Take care to choose a healthy parent plant free from pests or disease and use a sharp, sterilised secateurs or knife. Careful labelling is key and should include the date the cuttings were taken, along with the name of the parent plant, use a compost 50 / 50 sand in a pot. Plant around the edges of the pot. Also, there can be a low rate of success so take lots. Unlike soft and semi-ripe cuttings, hardwood cuttings do not require bottom heat or a moist atmosphere. If you have space you can also simply dig a slit trench half the height of the cuttings and fill the bottom with sharp sand or grit.
Insert the cuttings vertically, to a third to half of their length and back-fill the soil, firming them in. You can use a hormone rooting powder, but this is generally felt to be unnecessary. Water well and label the cuttings so you know what they are. A cold frame can be placed over the top to encourage faster rooting if required.
Hardwood cuttings are very slow to form roots, so don’t expect them to root fully until at least the next spring. If rooted well the cuttings will sprout strong shoots and grow away.
Ideal shrubs for hardwood cuttings are Buddleia, weigela, privet (Ligustrum), Philadelphus, forsythia and willow, but you can experiment with any woody shrub that takes your fancy. Taking cuttings is free, and if they don’t succeed, no harm will have been done. Others plants eminently suited to being propagated from semi-hardwood cuttings include many shrubby evergreens such as rosemary, sage, lavender, box, escallonia, holly, viburnum, hebe, camellia, ceanothus, cistus and choisya. Good luck.
5 Plant bulbs for spring – wait till November to plant tulips. Think also of indoor bulbs for Christmas such as Hyacinths, plant NOW for Christmas. Narcissi Paper White take 6 weeks from planting to flowering and have an amazing scent to fill your home at Christmas when they are finished flowering plant them out into your garden the same with your Hyacinths.
6 Plan your flower borders for next summer — look at midsummer magazines etc for ideas also include spring as it will help you choose bulbs.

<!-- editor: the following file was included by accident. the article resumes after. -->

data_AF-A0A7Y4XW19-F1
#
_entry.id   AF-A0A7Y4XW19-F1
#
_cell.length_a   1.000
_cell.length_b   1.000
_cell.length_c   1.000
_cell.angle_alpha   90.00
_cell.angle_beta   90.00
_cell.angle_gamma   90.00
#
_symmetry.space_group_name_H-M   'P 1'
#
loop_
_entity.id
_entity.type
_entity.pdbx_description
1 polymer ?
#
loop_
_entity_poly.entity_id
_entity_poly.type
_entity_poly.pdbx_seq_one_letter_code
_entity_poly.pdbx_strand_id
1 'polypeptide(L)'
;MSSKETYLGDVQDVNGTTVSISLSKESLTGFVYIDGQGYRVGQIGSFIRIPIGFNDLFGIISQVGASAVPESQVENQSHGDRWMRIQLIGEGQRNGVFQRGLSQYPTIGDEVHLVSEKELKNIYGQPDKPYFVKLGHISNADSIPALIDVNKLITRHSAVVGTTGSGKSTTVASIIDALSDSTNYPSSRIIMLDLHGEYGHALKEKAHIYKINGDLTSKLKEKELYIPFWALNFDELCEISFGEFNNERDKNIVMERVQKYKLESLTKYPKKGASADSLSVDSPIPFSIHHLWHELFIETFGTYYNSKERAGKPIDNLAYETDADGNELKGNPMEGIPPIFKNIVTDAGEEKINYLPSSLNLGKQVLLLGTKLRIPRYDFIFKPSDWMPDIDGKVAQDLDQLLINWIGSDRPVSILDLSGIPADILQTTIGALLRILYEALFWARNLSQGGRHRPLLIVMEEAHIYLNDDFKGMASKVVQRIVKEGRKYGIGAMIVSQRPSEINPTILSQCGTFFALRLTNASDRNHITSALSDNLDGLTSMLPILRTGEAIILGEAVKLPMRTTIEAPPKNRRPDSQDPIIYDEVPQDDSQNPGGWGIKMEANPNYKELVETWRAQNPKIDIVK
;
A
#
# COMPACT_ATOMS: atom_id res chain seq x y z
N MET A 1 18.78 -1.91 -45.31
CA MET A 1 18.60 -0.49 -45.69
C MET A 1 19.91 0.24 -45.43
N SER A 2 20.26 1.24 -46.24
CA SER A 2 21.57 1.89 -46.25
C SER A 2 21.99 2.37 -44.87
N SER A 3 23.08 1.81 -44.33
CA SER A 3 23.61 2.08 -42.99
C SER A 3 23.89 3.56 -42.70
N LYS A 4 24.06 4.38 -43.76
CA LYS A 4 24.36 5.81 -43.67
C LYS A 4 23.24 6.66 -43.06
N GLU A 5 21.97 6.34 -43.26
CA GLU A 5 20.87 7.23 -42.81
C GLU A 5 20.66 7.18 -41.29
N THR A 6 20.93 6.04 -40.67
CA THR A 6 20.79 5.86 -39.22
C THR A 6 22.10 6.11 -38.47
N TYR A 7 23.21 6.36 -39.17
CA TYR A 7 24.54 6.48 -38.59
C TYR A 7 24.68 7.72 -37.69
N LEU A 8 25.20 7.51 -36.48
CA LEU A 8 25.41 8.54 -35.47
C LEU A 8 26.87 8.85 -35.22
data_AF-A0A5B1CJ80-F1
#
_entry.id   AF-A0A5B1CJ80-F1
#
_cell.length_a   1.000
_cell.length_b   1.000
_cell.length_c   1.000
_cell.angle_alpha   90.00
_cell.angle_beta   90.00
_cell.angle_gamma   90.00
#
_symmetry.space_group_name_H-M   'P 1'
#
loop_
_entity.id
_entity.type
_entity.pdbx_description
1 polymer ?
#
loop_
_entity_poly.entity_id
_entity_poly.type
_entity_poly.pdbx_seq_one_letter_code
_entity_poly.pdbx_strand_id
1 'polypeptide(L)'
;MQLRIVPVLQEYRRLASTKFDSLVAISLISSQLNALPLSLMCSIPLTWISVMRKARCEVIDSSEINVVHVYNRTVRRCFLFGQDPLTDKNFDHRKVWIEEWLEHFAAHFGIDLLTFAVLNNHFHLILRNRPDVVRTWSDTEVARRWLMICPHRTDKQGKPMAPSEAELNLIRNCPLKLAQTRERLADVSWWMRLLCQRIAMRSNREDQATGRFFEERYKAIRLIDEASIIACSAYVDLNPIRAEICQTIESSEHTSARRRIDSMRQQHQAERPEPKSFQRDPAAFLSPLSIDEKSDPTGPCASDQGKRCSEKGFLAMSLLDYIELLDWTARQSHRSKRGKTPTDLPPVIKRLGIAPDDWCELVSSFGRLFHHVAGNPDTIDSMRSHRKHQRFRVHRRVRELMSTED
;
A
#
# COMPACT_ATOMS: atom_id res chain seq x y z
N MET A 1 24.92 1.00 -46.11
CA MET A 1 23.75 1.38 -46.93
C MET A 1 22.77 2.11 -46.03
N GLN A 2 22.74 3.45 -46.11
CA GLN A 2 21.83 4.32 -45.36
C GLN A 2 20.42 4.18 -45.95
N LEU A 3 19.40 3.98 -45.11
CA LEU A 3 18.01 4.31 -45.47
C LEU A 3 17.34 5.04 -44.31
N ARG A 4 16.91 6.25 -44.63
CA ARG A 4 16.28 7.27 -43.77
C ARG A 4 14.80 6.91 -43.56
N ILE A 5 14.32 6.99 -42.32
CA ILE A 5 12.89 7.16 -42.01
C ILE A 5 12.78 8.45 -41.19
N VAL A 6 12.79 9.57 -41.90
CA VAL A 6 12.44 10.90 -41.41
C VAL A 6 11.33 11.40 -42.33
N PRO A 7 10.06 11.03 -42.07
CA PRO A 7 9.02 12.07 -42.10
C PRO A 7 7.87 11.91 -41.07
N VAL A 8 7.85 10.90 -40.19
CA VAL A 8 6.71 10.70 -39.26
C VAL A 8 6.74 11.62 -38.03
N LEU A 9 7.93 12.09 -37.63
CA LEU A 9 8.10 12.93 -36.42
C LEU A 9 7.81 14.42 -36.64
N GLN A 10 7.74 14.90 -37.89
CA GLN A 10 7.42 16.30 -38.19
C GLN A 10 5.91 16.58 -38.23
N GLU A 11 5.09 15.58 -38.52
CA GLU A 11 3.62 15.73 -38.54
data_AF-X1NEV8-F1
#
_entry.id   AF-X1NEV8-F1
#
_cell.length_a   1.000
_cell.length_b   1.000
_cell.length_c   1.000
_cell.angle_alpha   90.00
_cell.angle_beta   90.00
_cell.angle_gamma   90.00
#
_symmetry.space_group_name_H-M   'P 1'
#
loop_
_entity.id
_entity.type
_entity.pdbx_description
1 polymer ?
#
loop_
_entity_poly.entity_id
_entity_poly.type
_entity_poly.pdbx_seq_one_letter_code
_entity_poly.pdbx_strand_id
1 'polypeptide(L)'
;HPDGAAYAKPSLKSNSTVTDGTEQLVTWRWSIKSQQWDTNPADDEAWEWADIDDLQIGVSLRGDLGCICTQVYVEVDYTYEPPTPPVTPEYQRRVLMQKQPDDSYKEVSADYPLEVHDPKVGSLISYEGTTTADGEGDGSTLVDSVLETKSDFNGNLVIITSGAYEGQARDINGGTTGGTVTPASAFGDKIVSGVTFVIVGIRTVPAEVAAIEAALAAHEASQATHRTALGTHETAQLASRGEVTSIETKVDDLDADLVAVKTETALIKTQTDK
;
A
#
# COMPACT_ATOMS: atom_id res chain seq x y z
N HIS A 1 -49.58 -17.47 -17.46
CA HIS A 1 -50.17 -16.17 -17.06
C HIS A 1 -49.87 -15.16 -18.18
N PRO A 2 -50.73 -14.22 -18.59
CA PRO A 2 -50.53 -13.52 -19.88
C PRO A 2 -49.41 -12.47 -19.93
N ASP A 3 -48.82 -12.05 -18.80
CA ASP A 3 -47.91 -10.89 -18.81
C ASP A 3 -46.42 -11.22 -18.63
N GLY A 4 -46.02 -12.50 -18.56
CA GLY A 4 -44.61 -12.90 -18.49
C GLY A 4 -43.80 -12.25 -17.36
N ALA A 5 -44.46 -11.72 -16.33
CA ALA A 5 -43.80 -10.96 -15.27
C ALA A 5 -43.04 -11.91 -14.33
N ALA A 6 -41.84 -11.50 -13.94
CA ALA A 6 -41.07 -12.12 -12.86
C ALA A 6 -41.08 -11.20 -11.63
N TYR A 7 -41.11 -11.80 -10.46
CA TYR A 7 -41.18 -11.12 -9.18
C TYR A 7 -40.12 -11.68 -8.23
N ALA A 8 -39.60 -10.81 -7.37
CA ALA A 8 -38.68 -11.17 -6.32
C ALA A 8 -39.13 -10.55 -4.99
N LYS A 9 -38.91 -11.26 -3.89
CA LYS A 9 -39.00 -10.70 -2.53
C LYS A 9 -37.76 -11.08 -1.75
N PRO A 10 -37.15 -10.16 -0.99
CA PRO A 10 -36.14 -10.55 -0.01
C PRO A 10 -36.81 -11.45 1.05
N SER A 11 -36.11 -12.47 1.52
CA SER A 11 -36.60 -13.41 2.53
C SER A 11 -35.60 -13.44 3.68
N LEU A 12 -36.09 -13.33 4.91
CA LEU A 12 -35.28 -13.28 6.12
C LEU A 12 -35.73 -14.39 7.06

7 Get your leaf pile organised — you can’t buy leaf mould.
8 Trim lawn edges, scarify and repair lawn, use a low nitrogen law feed.
9 Cut your hedges before frosts – pruning at this time of year is for shape.
10 Veg garden plant garlic, onions, broad beans and green manures.
It is very nice to have a neat tidy garden with good structure but don’t forget to leave some areas for all the little creatures to hibernate in – so don’t be too tidy. Leaf and wood piles make great places for hibernation and shelter. I take down my hanging baskets and replace with bird feeders. Birds are essential for our gardens and they do need a helping hand. Containers with water can act as little ponds for frogs and of course sources of drinking water for our little visitors.
There are lots of other jobs to do as well, but try and get as much done now before it gets too cold to venture out.
5 Garden Herbs for Flu Season
A very good reason to have your own selection of homegrown herbs available, the very good reason for including them in your diet, a good reason to cook from scratch. Here in Dalkey Garden School feel that understanding how to get the most from your garden, terrace, patio and balcony is really worthwhile.
The garden is now going to sleep, and now is also the time to plan your beautiful garden for next year.
Seed sowing at this time of year can give you a head start on Spring, roots develop and are stronger. Division of plants- making more, moving plants to better positions, planting bulbs for spring and summer. Feeding your soil, protecting it for the weather ahead- drought, are a few of what we will be covering.